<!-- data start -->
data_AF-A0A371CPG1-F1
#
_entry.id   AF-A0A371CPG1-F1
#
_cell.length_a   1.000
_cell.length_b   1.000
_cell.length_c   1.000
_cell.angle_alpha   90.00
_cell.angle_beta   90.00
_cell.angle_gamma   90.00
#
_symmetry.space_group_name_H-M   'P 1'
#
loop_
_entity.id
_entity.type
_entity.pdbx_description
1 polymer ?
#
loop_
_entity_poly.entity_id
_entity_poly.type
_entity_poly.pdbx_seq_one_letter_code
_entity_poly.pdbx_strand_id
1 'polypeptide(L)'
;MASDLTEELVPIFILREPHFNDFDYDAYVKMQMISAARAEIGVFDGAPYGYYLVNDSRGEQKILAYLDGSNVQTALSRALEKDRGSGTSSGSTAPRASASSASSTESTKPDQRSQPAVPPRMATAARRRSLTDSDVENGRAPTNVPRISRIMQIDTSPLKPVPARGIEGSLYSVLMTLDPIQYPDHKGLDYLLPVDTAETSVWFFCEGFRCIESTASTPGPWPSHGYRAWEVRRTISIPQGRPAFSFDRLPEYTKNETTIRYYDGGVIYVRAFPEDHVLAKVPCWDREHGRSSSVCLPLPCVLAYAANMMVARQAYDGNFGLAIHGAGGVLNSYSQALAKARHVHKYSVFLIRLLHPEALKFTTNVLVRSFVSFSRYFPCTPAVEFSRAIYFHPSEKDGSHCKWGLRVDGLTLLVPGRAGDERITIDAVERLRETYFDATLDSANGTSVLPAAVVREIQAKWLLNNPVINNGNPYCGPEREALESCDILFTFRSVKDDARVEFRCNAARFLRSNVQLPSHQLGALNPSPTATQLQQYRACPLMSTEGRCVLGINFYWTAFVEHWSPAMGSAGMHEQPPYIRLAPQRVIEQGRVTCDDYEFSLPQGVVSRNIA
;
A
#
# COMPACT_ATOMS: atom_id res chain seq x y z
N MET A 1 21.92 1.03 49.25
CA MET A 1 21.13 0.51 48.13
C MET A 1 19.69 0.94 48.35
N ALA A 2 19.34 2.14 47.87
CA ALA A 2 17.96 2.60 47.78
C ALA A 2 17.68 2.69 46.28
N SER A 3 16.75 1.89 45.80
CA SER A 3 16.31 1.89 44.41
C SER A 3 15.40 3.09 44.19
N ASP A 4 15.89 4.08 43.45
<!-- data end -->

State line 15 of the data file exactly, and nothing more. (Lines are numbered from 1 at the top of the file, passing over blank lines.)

_entity.id